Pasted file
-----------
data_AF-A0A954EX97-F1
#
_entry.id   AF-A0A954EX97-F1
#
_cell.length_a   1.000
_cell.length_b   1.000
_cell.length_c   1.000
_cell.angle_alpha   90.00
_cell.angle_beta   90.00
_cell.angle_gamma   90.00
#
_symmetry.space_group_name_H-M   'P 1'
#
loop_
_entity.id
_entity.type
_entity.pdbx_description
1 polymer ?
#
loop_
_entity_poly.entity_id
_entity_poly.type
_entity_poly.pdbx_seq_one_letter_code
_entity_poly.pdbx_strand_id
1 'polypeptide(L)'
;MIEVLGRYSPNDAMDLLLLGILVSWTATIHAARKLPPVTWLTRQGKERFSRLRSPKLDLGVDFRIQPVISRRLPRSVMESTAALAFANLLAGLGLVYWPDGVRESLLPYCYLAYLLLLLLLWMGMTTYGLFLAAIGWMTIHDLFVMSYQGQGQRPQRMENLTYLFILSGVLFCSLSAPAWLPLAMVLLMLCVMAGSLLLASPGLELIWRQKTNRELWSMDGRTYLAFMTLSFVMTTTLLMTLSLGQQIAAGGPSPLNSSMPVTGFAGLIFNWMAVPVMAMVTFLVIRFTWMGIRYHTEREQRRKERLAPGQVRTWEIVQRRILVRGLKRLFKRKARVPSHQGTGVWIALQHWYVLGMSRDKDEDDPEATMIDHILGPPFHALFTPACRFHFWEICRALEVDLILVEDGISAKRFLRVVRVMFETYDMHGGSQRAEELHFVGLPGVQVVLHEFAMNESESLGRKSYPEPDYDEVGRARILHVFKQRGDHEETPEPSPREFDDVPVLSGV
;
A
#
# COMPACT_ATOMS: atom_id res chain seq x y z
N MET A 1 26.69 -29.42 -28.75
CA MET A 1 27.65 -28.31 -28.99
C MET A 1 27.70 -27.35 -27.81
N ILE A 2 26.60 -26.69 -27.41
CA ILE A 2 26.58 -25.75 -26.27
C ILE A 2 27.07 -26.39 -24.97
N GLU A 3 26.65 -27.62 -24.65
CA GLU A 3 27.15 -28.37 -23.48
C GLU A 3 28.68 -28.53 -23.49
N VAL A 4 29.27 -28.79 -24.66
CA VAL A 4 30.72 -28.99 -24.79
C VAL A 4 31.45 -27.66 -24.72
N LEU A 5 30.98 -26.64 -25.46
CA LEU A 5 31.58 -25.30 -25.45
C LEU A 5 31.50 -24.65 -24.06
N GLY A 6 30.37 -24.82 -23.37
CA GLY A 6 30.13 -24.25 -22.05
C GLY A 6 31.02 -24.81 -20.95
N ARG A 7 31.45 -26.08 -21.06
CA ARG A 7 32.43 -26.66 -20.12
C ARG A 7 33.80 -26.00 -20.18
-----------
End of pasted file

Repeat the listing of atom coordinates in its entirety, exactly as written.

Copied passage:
data_AF-A0A954EX97-F1
#
_entry.id   AF-A0A954EX97-F1
#
_cell.length_a   1.000
_cell.length_b   1.000
_cell.length_c   1.000
_cell.angle_alpha   90.00
_cell.angle_beta   90.00
_cell.angle_gamma   90.00
#
_symmetry.space_group_name_H-M   'P 1'
#
loop_
_entity.id
_entity.type
_entity.pdbx_description
1 polymer ?
#
loop_
_entity_poly.entity_id
_entity_poly.type
_entity_poly.pdbx_seq_one_letter_code
_entity_poly.pdbx_strand_id
1 'polypeptide(L)'
;MIEVLGRYSPNDAMDLLLLGILVSWTATIHAARKLPPVTWLTRQGKERFSRLRSPKLDLGVDFRIQPVISRRLPRSVMESTAALAFANLLAGLGLVYWPDGVRESLLPYCYLAYLLLLLLLWMGMTTYGLFLAAIGWMTIHDLFVMSYQGQGQRPQRMENLTYLFILSGVLFCSLSAPAWLPLAMVLLMLCVMAGSLLLASPGLELIWRQKTNRELWSMDGRTYLAFMTLSFVMTTTLLMTLSLGQQIAAGGPSPLNSSMPVTGFAGLIFNWMAVPVMAMVTFLVIRFTWMGIRYHTEREQRRKERLAPGQVRTWEIVQRRILVRGLKRLFKRKARVPSHQGTGVWIALQHWYVLGMSRDKDEDDPEATMIDHILGPPFHALFTPACRFHFWEICRALEVDLILVEDGISAKRFLRVVRVMFETYDMHGGSQRAEELHFVGLPGVQVVLHEFAMNESESLGRKSYPEPDYDEVGRARILHVFKQRGDHEETPEPSPREFDDVPVLSGV
;
A
#
# COMPACT_ATOMS: atom_id res chain seq x y z
N MET A 1 26.69 -29.42 -28.75
CA MET A 1 27.65 -28.31 -28.99
C MET A 1 27.70 -27.35 -27.81
N ILE A 2 26.60 -26.69 -27.41
CA ILE A 2 26.58 -25.75 -26.27
C ILE A 2 27.07 -26.39 -24.97
N GLU A 3 26.65 -27.62 -24.65
CA GLU A 3 27.15 -28.37 -23.48
C GLU A 3 28.68 -28.53 -23.49
N VAL A 4 29.27 -28.79 -24.66
CA VAL A 4 30.72 -28.99 -24.79
C VAL A 4 31.45 -27.66 -24.72
N LEU A 5 30.98 -26.64 -25.46
CA LEU A 5 31.58 -25.30 -25.45
C LEU A 5 31.50 -24.65 -24.06
N GLY A 6 30.37 -24.82 -23.37
CA GLY A 6 30.13 -24.25 -22.05
C GLY A 6 31.02 -24.81 -20.95
N ARG A 7 31.45 -26.08 -21.06
CA ARG A 7 32.43 -26.66 -20.12
C ARG A 7 33.80 -26.00 -20.18